Today, the guys were checking the Woodduck boxes and ran across two Eastern Screech Owls. One was already banded. The other (pictured below) got some new bling today!
And so our bird banding season is underway! Licensed bird banders Emily Perlock, Scott Stoleson, and Don Watts generously give their time, talents, and expertise to show visitors how scientists collect data on birds.
Throughout the season, Terry LeBaron and I will be taking pictures to be used at our September First Friday program. In addition to giving highlights of the banding season, there will be a quiz and maybe even prizes!
I was only able to stay for a short while on Saturday. Still, I was able to see lots of birds. One of the most surprising things happened during the first net check: fifteen Yellow-rumped Warblers all in the same net! Over the years, the banders have rarely seen “butter butts” here at Audubon. Veteran bander Scott Stoleson says this species can be tricky to age. Penn State students Clay and Nathan got LOTS of practice!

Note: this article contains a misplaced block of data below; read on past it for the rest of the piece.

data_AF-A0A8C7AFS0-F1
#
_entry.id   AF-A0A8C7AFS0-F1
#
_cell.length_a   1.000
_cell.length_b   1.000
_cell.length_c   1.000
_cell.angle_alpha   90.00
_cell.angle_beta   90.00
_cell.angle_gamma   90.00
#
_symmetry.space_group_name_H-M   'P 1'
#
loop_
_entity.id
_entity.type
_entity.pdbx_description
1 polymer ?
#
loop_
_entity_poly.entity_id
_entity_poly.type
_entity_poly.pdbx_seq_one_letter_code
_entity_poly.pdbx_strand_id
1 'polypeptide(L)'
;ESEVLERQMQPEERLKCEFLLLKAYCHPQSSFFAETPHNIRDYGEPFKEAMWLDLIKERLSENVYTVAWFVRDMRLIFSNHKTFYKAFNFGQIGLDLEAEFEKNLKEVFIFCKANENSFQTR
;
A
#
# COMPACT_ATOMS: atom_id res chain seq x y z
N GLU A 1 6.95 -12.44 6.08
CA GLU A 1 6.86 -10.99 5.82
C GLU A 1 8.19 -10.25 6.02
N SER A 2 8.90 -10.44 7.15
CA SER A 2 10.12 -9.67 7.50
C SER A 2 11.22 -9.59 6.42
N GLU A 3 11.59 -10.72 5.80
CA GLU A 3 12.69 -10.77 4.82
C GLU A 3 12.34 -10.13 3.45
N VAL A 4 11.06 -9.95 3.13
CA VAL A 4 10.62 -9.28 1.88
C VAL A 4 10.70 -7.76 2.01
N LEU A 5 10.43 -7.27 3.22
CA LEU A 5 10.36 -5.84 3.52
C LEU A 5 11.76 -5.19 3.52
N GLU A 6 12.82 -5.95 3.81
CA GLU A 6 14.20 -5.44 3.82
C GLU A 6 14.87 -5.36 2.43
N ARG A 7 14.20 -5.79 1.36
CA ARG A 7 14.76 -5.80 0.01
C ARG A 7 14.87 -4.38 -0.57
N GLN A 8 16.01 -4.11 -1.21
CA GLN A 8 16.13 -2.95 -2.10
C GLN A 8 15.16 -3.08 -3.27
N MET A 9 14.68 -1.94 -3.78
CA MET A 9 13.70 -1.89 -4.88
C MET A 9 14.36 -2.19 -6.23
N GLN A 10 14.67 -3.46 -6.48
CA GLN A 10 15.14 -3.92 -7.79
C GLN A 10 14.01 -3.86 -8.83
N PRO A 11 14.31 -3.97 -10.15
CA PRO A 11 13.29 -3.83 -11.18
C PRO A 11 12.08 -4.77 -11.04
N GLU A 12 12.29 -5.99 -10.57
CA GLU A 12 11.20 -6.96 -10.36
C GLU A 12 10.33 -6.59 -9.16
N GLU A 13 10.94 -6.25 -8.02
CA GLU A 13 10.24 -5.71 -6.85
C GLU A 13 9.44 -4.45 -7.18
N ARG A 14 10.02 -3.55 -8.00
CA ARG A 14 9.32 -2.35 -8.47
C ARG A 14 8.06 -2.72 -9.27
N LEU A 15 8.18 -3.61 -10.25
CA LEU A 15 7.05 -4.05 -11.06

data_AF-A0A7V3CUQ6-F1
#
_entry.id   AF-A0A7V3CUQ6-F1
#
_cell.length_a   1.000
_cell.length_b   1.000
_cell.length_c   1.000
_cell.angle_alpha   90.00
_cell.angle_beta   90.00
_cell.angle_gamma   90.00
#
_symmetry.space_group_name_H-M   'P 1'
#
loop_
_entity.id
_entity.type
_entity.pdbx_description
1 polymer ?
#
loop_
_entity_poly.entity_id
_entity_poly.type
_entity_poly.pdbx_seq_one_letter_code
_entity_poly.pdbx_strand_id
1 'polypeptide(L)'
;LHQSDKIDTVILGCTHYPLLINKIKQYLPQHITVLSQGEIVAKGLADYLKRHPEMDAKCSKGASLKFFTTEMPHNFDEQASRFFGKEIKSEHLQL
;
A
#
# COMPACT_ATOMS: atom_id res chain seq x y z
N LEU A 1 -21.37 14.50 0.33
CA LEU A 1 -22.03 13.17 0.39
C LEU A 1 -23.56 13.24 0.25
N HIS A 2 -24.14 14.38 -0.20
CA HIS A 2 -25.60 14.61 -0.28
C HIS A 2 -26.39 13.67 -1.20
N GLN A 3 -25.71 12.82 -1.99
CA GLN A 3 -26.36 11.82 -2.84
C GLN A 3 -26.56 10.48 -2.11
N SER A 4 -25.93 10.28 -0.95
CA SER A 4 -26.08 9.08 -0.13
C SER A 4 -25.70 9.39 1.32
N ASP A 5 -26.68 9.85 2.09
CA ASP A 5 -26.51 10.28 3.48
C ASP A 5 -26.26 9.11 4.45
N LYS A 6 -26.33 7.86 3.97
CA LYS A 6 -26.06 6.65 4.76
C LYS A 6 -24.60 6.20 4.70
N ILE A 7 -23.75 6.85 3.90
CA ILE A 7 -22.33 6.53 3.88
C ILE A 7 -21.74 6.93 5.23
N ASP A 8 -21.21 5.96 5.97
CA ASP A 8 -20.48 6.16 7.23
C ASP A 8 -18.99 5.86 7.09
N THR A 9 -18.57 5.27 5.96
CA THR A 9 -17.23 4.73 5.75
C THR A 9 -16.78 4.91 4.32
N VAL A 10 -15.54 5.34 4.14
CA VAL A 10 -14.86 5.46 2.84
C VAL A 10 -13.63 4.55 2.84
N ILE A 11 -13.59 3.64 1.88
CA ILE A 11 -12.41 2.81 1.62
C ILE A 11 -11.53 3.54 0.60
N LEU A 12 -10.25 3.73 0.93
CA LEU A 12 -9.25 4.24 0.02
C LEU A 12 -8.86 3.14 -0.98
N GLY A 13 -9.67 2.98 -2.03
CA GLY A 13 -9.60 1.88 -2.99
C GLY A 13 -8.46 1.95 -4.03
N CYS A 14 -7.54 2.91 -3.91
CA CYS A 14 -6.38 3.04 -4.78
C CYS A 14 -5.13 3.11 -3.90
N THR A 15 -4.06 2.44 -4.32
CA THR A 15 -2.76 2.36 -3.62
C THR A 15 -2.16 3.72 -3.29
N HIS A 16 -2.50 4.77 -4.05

At this time of year – during the peak of migration, we are also apt to see a lot of birds that are just passing through on their way to breeding grounds further north. Yellow-rumps have been known to breed here, but most don’t. (Check out the range map at the Cornell Lab site by clicking here.)
Another migrant with similar bold yellow, white, and black is the White-Throated Sparrow. We caught several on Saturday.
The Cornell site describes the Ruby-Crowned Kinglet as a “tiny bird seemingly overflowing with energy.” We were delighted to catch a few of these on Saturday!
Not all of the birds banded on Saturday were necessarily migrants. While some MAY have been passing through, these could well be sticking around to breed at Audubon:
I left banding early on Saturday to attend a bridal shower. I’m told there were many other wonderful birds in the mist nets. In addition, Don Watts and friends climbed up to one of our Screech Owl boxes and banded an owl! Wish I had been there for that!
Spring banding demonstrations continue for three more Saturdays. After that, Emily Perlock and her students will continue MAPS banding through the summer. Check Jamestown Audubon’s website for schedule information.